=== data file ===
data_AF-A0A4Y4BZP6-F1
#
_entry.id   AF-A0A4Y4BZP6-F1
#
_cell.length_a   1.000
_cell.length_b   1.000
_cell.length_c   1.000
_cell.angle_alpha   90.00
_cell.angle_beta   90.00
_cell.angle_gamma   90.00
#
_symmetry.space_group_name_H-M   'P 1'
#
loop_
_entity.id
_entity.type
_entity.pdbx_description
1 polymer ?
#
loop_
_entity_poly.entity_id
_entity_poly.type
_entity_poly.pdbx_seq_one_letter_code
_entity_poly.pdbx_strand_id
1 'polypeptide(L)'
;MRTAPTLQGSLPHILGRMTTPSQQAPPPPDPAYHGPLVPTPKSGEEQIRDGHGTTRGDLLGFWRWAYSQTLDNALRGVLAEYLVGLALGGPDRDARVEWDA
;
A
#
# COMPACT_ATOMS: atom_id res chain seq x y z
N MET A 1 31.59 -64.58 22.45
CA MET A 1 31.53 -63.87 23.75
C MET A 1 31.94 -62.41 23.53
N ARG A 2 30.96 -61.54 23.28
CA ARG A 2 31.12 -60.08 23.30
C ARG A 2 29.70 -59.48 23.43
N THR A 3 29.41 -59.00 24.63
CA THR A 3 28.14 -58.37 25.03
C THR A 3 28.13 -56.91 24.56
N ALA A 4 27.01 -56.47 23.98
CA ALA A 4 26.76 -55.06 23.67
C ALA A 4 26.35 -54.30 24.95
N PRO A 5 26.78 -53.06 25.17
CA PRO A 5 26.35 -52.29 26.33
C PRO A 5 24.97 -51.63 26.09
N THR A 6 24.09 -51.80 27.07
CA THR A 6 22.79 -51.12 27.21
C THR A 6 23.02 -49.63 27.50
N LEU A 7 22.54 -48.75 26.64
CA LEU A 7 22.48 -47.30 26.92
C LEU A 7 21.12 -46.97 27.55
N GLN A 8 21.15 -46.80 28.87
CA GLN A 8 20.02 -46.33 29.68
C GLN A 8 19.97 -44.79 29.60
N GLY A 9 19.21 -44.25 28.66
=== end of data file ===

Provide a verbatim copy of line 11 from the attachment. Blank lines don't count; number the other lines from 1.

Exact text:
#